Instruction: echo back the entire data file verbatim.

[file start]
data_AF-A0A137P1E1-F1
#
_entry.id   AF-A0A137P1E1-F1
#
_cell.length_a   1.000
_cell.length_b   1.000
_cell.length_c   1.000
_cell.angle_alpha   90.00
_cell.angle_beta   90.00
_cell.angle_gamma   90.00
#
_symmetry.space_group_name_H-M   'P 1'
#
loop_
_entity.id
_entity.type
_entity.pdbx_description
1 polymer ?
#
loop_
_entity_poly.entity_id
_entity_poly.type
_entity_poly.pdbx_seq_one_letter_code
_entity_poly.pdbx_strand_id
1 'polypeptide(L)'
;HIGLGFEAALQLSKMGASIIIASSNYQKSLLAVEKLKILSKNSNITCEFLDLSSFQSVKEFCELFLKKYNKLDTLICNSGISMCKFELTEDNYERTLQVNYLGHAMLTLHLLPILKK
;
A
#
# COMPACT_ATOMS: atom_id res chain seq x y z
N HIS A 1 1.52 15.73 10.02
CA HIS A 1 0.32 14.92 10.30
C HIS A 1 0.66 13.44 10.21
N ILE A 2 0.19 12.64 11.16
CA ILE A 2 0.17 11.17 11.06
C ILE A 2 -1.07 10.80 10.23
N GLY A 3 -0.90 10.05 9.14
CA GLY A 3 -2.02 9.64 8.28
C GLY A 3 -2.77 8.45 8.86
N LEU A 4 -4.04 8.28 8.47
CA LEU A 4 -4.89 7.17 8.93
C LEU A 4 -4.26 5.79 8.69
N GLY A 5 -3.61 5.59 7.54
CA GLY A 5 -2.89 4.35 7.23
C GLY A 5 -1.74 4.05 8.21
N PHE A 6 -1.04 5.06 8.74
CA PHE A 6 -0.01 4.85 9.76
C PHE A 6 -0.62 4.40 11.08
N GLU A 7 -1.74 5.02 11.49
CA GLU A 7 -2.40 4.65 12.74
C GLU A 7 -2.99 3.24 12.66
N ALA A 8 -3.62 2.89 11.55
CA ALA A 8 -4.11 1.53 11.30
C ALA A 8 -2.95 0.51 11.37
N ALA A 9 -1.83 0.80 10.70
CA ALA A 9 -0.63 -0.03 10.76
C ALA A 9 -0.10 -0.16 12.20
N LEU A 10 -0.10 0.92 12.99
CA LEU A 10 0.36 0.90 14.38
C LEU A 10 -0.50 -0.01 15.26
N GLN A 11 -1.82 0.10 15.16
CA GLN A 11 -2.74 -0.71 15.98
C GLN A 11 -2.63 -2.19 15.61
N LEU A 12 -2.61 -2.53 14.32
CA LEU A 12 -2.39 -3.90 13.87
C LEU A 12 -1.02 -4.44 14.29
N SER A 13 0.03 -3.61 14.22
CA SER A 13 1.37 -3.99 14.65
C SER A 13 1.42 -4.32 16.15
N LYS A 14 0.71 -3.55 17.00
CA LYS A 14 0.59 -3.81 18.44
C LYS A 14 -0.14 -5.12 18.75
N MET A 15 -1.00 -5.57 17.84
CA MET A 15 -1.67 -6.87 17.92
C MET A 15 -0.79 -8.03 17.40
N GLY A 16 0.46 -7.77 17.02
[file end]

data_AF-A0A137P1E1-F1
#
_entry.id   AF-A0A137P1E1-F1
#
_cell.length_a   1.000
_cell.length_b   1.000
_cell.length_c   1.000
_cell.angle_alpha   90.00
_cell.angle_beta   90.00
_cell.angle_gamma   90.00
#
_symmetry.space_group_name_H-M   'P 1'
#
loop_
_entity.id
_entity.type
_entity.pdbx_description
1 polymer ?
#
loop_
_entity_poly.entity_id
_entity_poly.type
_entity_poly.pdbx_seq_one_letter_code
_entity_poly.pdbx_strand_id
1 'polypeptide(L)'
;HIGLGFEAALQLSKMGASIIIASSNYQKSLLAVEKLKILSKNSNITCEFLDLSSFQSVKEFCELFLKKYNKLDTLICNSGISMCKFELTEDNYERTLQVNYLGHAMLTLHLLPILKK
;
A
#
# COMPACT_ATOMS: atom_id res chain seq x y z
N HIS A 1 1.52 15.73 10.02
CA HIS A 1 0.32 14.92 10.30
C HIS A 1 0.66 13.44 10.21
N ILE A 2 0.19 12.64 11.16
CA ILE A 2 0.17 11.17 11.06
C ILE A 2 -1.07 10.80 10.23
N GLY A 3 -0.90 10.05 9.14
CA GLY A 3 -2.02 9.64 8.28
C GLY A 3 -2.77 8.45 8.86
N LEU A 4 -4.04 8.28 8.47
CA LEU A 4 -4.89 7.17 8.93
C LEU A 4 -4.26 5.79 8.69
N GLY A 5 -3.61 5.59 7.54
CA GLY A 5 -2.89 4.35 7.23
C GLY A 5 -1.74 4.05 8.21
N PHE A 6 -1.04 5.06 8.74
CA PHE A 6 -0.01 4.85 9.76
C PHE A 6 -0.62 4.40 11.08
N GLU A 7 -1.74 5.02 11.49
CA GLU A 7 -2.40 4.65 12.74
C GLU A 7 -2.99 3.24 12.66
N ALA A 8 -3.62 2.89 11.55
CA ALA A 8 -4.11 1.53 11.30
C ALA A 8 -2.95 0.51 11.37
N ALA A 9 -1.83 0.80 10.70
CA ALA A 9 -0.63 -0.03 10.76
C ALA A 9 -0.10 -0.16 12.20
N LEU A 10 -0.10 0.92 12.99
CA LEU A 10 0.36 0.90 14.38
C LEU A 10 -0.50 -0.01 15.26
N GLN A 11 -1.82 0.10 15.16
CA GLN A 11 -2.74 -0.71 15.98
C GLN A 11 -2.63 -2.19 15.61
N LEU A 12 -2.61 -2.53 14.32
CA LEU A 12 -2.39 -3.90 13.87
C LEU A 12 -1.02 -4.44 14.29
N SER A 13 0.03 -3.61 14.22
CA SER A 13 1.37 -3.99 14.65
C SER A 13 1.42 -4.32 16.15
N LYS A 14 0.71 -3.55 17.00
CA LYS A 14 0.59 -3.81 18.44
C LYS A 14 -0.14 -5.12 18.75
N MET A 15 -1.00 -5.57 17.84
CA MET A 15 -1.67 -6.87 17.92
C MET A 15 -0.79 -8.03 17.40
N GLY A 16 0.46 -7.77 17.02